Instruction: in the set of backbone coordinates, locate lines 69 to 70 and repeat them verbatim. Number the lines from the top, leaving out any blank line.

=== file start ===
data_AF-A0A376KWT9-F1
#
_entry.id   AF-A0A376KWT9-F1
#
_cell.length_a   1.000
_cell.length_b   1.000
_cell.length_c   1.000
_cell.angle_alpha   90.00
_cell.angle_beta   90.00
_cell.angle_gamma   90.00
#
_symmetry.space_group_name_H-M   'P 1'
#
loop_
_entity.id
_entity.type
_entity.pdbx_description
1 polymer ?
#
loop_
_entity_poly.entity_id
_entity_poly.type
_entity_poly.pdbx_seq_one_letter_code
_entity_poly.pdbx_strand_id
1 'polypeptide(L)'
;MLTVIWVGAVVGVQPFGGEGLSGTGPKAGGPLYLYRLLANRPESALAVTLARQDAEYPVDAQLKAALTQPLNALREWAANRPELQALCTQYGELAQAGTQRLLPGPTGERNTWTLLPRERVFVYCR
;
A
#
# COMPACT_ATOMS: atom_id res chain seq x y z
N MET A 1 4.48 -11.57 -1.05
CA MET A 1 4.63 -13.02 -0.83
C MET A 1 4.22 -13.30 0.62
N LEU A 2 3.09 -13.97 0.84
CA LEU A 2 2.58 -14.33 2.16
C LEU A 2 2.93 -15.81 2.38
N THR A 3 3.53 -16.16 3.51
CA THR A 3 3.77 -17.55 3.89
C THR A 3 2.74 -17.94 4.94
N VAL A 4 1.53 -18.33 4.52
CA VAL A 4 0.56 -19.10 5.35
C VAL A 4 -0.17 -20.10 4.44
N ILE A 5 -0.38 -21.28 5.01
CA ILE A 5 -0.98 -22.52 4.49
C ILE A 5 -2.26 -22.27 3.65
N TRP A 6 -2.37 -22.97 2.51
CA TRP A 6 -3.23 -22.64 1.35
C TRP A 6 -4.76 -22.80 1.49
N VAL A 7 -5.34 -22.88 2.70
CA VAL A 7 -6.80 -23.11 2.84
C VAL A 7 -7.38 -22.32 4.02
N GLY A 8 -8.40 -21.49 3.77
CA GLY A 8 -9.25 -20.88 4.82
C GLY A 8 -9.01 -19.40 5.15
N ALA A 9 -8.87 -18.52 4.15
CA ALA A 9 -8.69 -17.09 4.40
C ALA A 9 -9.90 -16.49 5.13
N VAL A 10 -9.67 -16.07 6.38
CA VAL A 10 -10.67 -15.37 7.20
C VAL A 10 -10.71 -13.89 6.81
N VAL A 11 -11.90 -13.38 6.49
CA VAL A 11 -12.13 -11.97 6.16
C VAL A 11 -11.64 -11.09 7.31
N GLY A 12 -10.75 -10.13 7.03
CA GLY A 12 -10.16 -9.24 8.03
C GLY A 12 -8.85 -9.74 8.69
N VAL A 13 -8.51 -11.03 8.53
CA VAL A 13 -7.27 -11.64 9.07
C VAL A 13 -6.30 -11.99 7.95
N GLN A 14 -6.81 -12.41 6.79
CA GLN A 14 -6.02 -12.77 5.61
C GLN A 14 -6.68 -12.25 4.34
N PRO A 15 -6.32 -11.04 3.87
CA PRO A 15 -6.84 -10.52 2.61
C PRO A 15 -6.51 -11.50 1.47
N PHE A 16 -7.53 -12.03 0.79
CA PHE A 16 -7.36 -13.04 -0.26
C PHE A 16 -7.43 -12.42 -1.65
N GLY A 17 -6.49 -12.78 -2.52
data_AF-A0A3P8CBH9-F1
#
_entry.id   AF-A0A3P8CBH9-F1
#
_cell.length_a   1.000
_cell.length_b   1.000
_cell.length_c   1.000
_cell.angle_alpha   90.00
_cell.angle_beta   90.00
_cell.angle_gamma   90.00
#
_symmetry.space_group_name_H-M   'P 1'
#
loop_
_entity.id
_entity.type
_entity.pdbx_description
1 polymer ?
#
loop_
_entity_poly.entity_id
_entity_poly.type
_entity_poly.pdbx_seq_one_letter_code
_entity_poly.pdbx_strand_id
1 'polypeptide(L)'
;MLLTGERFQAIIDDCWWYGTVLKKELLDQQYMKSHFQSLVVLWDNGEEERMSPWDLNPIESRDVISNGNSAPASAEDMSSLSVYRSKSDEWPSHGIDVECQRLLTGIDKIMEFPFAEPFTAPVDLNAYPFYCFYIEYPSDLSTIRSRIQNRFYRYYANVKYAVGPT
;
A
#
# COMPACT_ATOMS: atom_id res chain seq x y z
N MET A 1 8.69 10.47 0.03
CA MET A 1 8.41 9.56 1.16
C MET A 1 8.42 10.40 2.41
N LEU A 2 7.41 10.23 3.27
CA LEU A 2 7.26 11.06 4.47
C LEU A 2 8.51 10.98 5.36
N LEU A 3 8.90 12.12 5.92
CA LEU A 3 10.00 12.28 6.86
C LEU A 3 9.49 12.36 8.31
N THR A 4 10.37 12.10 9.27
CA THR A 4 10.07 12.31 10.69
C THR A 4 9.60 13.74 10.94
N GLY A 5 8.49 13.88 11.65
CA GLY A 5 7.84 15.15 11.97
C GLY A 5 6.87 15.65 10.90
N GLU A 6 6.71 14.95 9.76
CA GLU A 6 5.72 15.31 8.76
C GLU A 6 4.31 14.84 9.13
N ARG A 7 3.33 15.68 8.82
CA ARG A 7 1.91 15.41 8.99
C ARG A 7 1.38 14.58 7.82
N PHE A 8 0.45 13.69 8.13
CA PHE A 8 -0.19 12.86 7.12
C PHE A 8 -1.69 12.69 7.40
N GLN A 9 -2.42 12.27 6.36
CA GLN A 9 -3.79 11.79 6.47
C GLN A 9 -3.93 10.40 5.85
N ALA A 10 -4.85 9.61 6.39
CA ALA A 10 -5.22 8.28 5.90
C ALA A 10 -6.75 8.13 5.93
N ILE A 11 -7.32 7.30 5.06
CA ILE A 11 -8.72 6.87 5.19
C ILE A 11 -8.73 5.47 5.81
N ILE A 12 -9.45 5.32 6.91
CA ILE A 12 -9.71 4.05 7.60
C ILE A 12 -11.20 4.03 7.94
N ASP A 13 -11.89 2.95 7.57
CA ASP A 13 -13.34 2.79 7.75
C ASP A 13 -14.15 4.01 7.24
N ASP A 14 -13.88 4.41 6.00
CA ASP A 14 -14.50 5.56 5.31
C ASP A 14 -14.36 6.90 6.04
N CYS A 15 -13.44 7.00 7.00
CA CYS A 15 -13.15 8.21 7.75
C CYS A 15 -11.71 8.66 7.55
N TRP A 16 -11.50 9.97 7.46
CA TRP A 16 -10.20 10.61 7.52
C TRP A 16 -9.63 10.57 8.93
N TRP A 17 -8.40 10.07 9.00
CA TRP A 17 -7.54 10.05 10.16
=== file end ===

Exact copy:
C VAL A 13 -6.30 -11.99 7.95
N GLN A 14 -6.81 -12.41 6.79